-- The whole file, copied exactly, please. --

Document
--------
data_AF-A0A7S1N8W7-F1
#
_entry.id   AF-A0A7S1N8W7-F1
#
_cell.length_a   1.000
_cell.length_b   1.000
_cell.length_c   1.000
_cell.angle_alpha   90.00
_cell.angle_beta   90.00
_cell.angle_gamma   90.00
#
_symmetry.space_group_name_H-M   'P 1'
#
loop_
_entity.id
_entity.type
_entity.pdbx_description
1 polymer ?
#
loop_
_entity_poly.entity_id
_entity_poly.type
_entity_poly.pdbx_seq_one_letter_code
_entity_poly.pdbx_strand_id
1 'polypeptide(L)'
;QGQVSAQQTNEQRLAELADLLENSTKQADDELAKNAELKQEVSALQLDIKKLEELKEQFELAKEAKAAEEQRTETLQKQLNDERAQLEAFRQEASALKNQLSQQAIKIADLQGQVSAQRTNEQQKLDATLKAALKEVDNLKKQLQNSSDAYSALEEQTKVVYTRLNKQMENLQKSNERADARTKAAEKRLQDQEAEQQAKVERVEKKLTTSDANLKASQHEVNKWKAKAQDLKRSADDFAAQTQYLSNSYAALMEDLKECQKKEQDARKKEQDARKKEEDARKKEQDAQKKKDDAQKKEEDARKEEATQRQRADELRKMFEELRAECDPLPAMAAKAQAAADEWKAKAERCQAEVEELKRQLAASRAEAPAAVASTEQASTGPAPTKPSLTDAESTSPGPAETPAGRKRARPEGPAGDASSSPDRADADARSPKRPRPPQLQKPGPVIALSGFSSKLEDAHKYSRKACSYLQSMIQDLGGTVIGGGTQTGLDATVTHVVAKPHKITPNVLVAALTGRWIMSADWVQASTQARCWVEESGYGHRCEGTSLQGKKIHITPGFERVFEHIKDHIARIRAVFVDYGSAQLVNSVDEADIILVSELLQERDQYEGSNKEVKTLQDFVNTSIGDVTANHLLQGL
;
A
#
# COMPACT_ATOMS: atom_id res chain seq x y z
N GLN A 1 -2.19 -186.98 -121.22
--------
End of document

data_AF-A0A7S1N8W7-F1
#
_entry.id   AF-A0A7S1N8W7-F1
#
_cell.length_a   1.000
_cell.length_b   1.000
_cell.length_c   1.000
_cell.angle_alpha   90.00
_cell.angle_beta   90.00
_cell.angle_gamma   90.00
#
_symmetry.space_group_name_H-M   'P 1'
#
loop_
_entity.id
_entity.type
_entity.pdbx_description
1 polymer ?
#
loop_
_entity_poly.entity_id
_entity_poly.type
_entity_poly.pdbx_seq_one_letter_code
_entity_poly.pdbx_strand_id
1 'polypeptide(L)'
;QGQVSAQQTNEQRLAELADLLENSTKQADDELAKNAELKQEVSALQLDIKKLEELKEQFELAKEAKAAEEQRTETLQKQLNDERAQLEAFRQEASALKNQLSQQAIKIADLQGQVSAQRTNEQQKLDATLKAALKEVDNLKKQLQNSSDAYSALEEQTKVVYTRLNKQMENLQKSNERADARTKAAEKRLQDQEAEQQAKVERVEKKLTTSDANLKASQHEVNKWKAKAQDLKRSADDFAAQTQYLSNSYAALMEDLKECQKKEQDARKKEQDARKKEEDARKKEQDAQKKKDDAQKKEEDARKEEATQRQRADELRKMFEELRAECDPLPAMAAKAQAAADEWKAKAERCQAEVEELKRQLAASRAEAPAAVASTEQASTGPAPTKPSLTDAESTSPGPAETPAGRKRARPEGPAGDASSSPDRADADARSPKRPRPPQLQKPGPVIALSGFSSKLEDAHKYSRKACSYLQSMIQDLGGTVIGGGTQTGLDATVTHVVAKPHKITPNVLVAALTGRWIMSADWVQASTQARCWVEESGYGHRCEGTSLQGKKIHITPGFERVFEHIKDHIARIRAVFVDYGSAQLVNSVDEADIILVSELLQERDQYEGSNKEVKTLQDFVNTSIGDVTANHLLQGL
;
A
#
# COMPACT_ATOMS: atom_id res chain seq x y z
N GLN A 1 -2.19 -186.98 -121.22